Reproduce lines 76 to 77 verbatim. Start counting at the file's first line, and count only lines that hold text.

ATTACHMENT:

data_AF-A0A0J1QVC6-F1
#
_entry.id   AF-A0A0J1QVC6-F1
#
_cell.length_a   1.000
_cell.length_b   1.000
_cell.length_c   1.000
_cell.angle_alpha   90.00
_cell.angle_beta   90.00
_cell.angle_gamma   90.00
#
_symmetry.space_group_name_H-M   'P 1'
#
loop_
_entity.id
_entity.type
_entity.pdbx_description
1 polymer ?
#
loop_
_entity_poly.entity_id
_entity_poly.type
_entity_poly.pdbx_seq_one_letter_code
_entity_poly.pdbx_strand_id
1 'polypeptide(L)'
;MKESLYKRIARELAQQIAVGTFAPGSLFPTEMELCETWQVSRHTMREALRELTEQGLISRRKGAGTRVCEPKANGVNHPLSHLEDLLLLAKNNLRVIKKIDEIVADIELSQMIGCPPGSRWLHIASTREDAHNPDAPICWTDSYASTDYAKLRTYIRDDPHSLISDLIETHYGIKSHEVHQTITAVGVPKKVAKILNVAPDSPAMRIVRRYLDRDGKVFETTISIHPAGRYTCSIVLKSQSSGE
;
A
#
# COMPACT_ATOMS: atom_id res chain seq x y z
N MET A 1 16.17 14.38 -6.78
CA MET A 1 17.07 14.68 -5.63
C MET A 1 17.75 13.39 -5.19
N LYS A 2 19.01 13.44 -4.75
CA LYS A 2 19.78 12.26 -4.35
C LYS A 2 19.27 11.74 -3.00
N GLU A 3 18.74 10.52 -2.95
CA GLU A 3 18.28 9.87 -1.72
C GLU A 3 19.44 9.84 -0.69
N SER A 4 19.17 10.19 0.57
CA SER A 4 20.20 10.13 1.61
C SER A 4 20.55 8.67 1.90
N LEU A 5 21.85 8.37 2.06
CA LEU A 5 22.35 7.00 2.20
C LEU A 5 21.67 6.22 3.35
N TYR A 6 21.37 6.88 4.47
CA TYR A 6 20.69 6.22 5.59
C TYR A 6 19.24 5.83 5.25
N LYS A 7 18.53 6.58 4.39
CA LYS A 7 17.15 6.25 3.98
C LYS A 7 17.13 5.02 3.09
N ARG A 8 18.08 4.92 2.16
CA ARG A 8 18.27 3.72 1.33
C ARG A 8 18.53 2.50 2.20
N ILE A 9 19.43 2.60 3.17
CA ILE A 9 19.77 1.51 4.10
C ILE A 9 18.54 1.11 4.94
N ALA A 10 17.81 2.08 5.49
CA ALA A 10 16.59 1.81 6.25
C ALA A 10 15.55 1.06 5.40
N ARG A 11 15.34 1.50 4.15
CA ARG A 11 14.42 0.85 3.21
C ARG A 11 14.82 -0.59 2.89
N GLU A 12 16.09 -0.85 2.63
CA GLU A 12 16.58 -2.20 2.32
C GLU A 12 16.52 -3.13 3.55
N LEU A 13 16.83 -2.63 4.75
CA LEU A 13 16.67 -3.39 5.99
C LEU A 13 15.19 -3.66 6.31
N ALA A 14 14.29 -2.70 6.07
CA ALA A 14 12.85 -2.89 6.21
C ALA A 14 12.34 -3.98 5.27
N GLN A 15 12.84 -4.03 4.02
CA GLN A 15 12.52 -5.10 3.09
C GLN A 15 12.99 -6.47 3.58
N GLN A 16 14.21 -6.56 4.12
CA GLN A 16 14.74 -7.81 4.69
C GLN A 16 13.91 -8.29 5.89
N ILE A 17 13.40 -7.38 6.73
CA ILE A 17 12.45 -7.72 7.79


N GLN A 16 14.21 -6.56 4.12
CA GLN A 16 14.74 -7.81 4.69